A long time ago...
During the design of Star Wars Saga, there was an article about the failure of the wound/vitality system previous Star Wars d20 had used. A quick recap: vitality worked like HP, and wound was an extra pool equal to your Con score. Vitality healed quickly, wound needed medical treatment and you were fatigued if you had wound damage. The important thing though was that critical hits didn't multiply damage, they bypassed vitality and went straight to wound. That, coupled with blasters that did 3d8 damage and lightsabers that did between 2d8 and 6d8 damage on a hit meant most wound strikes were lethal. Effectively speaking, most fights came down to who rolls a crit first.
The article mentioned this phenomenon, stating that PCs often were the most negatively affected by this. A GM might have a few NPCs or villains die to crit, but PCs were far and above more likely, and the likelihood increased with level as damaged and crit range increased. They figured they in a 1-20 campaign 75% of all PCs would die to crit. And that high lethality was at odds with the Star Wars tone, or at least the tone of the movies. A movie series known for swashbuckling action, epic duels and character drama was not a fit for a system of that kind of one-hit kills.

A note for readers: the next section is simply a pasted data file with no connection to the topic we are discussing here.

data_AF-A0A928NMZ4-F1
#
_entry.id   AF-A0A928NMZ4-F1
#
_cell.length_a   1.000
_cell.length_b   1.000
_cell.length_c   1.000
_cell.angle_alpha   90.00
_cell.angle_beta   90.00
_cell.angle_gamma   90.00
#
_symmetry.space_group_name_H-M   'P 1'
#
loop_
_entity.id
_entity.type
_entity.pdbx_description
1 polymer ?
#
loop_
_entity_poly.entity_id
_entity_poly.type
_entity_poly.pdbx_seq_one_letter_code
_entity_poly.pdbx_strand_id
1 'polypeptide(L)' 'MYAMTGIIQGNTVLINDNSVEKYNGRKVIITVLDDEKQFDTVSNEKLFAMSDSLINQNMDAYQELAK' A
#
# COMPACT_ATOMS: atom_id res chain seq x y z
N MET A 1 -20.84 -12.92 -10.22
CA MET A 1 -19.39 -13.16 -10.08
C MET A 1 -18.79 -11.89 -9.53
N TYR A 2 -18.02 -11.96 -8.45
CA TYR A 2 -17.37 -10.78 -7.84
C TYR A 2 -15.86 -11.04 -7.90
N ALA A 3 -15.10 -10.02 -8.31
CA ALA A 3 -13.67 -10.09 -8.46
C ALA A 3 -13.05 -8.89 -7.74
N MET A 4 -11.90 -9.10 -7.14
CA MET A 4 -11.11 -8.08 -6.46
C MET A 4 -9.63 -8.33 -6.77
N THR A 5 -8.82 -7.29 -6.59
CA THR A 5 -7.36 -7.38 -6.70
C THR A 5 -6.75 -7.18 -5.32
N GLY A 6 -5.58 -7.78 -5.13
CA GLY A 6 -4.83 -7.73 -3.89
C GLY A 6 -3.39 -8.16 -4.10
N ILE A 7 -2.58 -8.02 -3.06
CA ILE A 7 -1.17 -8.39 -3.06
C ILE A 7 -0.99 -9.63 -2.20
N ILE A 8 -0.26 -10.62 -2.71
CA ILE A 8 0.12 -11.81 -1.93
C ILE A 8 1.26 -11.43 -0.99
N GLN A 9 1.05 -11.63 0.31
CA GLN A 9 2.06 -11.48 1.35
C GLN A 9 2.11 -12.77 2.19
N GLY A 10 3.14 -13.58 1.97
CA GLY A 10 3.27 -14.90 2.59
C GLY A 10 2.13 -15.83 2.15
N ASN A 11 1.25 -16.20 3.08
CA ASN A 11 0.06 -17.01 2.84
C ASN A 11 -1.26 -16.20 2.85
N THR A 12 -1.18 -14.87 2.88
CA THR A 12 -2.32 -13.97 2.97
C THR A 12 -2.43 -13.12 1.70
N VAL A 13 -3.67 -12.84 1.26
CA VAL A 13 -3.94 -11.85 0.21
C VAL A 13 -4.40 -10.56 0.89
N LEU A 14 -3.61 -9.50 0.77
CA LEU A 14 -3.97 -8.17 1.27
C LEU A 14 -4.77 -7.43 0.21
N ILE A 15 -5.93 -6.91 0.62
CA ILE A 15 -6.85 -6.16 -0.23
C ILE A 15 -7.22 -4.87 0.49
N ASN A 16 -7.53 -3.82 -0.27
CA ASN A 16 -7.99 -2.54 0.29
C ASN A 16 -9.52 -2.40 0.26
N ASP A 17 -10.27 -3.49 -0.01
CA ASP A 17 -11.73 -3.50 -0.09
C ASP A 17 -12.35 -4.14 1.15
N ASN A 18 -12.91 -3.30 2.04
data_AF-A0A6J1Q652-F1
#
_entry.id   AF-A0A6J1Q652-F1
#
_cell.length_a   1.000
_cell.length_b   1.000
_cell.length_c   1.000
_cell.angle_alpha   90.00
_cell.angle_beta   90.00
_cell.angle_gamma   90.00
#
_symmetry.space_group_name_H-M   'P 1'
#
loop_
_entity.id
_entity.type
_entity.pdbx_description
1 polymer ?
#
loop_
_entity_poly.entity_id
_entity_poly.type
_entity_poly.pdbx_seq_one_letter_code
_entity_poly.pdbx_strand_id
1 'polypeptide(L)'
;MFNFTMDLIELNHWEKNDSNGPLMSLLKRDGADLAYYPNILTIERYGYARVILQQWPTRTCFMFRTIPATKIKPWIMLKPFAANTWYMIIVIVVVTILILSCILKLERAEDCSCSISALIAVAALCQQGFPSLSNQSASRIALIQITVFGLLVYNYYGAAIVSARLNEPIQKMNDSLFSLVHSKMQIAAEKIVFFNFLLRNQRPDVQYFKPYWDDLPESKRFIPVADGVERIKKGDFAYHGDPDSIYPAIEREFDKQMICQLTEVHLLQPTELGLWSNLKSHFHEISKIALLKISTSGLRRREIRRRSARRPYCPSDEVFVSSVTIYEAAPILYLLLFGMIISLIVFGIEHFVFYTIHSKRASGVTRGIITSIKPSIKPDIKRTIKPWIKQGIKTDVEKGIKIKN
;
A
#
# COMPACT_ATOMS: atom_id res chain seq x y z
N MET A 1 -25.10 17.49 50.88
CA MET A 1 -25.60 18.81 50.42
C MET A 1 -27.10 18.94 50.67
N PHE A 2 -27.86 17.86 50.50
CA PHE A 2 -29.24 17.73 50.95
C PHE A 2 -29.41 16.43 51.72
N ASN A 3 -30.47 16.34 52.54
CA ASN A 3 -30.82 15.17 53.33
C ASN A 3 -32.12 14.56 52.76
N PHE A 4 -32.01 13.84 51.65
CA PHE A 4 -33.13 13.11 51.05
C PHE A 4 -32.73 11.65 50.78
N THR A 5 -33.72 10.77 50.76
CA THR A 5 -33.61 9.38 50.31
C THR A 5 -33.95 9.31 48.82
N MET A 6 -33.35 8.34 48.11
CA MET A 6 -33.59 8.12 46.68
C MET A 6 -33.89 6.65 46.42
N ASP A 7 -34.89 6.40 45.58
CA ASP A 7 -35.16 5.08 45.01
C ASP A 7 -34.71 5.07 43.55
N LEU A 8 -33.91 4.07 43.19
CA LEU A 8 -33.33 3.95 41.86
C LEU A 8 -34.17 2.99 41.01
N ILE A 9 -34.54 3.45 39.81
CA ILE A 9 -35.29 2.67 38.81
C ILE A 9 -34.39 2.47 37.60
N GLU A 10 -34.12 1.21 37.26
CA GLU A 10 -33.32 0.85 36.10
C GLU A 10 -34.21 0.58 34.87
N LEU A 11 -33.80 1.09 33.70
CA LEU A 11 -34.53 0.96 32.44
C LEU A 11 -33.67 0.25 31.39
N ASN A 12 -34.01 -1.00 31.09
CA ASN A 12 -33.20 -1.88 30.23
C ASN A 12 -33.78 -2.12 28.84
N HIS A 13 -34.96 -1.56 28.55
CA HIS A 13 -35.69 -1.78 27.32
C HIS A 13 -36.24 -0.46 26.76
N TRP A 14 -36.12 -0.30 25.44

I bring all this up because it highlights that PCs overbear the brunt of randomness. A DM has less attachments to a random monster or npc than a player has to their PCs (typically). A 1 hit kill is fine to despatch a mook or random encounter, but felt anti-climatic to take out boss monsters and really felt bad when your PC went down to a chump hit on a d20 10+ levels of play.
Again, there might have been games where this play style was important, but it certainly wasn't Star Wars. The fact that as you progressed in level, your character dying to a crit increased (due to higher damage and a longer career of being attacked) is a good example of when randomness gets in the way of good play.
Anyway, Saga used traditional D&D hit points after this.